My son who is three has a buddy who is a year older than him and is really into super heros. I have strayed from purchasing those toys for my son, but he plays with them at his friend's house. Typically they have "bad guys" and "good guys" when they play super heros. I have tried to refrain from using the term "bad guys" and have told my son "there are no bad people, only bad choices." I do not want him to use that label for himself or others even in play. How do you feel about this?

Floor Pie said...

I like to check in with the kids when I see a game like that in action. Not in an alarmed or judgmental way, but just matter-of-factly checking in. "Oh, Joe's in jail. Are you okay with this game, Joe?"

And most of the time the child grins and nods, but sometimes the child shakes their head and gives me a "Get me out of here!" look.

"You can say 'no' if you don't like it," I remind them. "You can say STOP." And the child's face will light up, remembering all the practice we do at circle time with STOP, and they'll say it. "STOP!"

I'll say to the friends, in a gentle voice "Joe said STOP. He's not okay with this game. Look at his face." And the friends will study his face carefully. "Does he look happy?" No, they will agree that he doesn't look happy. "What can we do?" I ask.

Most of the time they all say "Let's play X!" and all run off to play a different game. Sometimes we get to that point with more coaching. Sometimes just the "jailors" run off and I help redirect the child to a new activity.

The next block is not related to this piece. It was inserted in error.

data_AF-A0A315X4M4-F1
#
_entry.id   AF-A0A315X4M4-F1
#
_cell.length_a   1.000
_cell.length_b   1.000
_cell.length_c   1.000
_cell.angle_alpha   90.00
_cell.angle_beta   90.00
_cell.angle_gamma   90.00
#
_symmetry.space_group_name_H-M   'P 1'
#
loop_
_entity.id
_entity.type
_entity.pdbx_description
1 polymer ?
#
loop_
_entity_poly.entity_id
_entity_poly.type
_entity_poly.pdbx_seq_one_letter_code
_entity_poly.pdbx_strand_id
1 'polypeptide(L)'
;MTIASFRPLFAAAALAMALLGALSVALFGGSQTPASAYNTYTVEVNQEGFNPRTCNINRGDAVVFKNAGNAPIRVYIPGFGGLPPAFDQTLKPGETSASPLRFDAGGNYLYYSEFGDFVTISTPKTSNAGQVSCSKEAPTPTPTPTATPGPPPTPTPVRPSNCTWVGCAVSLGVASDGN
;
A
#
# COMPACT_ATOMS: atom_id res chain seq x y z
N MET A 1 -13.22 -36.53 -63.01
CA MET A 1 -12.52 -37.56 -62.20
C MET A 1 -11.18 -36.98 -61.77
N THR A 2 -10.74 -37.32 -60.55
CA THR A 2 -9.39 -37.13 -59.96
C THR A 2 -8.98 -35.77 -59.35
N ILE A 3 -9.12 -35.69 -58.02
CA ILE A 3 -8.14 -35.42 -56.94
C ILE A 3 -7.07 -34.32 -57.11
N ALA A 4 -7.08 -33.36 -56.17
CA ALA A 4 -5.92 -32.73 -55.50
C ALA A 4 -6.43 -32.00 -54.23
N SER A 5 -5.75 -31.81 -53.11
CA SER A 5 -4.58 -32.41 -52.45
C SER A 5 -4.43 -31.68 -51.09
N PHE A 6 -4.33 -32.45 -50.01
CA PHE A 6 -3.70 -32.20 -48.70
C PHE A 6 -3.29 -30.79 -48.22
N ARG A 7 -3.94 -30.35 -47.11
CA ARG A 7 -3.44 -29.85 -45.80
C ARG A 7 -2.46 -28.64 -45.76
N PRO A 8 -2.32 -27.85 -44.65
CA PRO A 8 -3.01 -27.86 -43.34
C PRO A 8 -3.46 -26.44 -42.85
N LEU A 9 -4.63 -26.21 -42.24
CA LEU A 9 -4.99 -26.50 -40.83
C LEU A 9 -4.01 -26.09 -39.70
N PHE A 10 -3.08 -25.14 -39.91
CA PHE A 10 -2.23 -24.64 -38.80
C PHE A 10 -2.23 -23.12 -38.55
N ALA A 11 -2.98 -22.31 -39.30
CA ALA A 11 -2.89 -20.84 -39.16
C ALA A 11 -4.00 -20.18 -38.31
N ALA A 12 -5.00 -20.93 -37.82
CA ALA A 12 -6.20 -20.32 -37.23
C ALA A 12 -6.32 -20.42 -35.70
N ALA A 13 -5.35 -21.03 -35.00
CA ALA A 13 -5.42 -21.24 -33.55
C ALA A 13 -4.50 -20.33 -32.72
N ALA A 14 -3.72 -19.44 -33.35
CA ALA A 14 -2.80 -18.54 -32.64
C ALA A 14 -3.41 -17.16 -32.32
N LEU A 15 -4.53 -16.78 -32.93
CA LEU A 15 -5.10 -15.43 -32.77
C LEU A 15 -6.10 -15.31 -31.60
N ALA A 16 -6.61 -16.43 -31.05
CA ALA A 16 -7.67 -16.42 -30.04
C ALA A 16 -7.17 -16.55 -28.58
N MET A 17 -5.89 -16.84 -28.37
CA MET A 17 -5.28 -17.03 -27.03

I agree that there's value in exploration and testing the boundaries. It's amazing to watch the 4's and even the 3's work things out for themselves. They're incredibly capable.

BUT I also think that checking in reminds them that they're safe and that the adults are tuned in. It reinforces the process of checking in with themselves. "Am I okay? Do I like this game? Can I say no?" And it reinforces basic social skills, reminding children to look at each other's faces for cues. "Is my friend okay with this? Are we still having fun?"

These are big skills that need nurturing and coaching. That's why I prefer to err on the side of intervening. Worst that can happen, I interrupt the flow of the game for a minute and get some "What's up with the crazy lady?" looks from the kids. But for those times when the child is really relieved to have help and all the children learn from it...that makes it worthwile.

Teacher Tom said...

@Susan . . . Young children tend to need to explore the stereotypical extremes of things before they can get to the grey area. That's why preschoolers so often pretend to be superheros and princesses in the first place -- those are the extreme manifestations of the gender roles our society offers them. In most cases, however, by the time they get to be about 8-9 they are starting to be able to understand that they themselves are not necessarily bound by these stereotypes. I guess that's why I don't really have a problem with "good" and "bad" play, I see it as developmentally appropriate exploration.

Over the years, I've tried to show them the grey area, but have been generally met with blank stares. I'm sure some of it sinks in, and I'm not saying you shouldn't point it out, but grey area, perspective, and relativity seem to be developmental.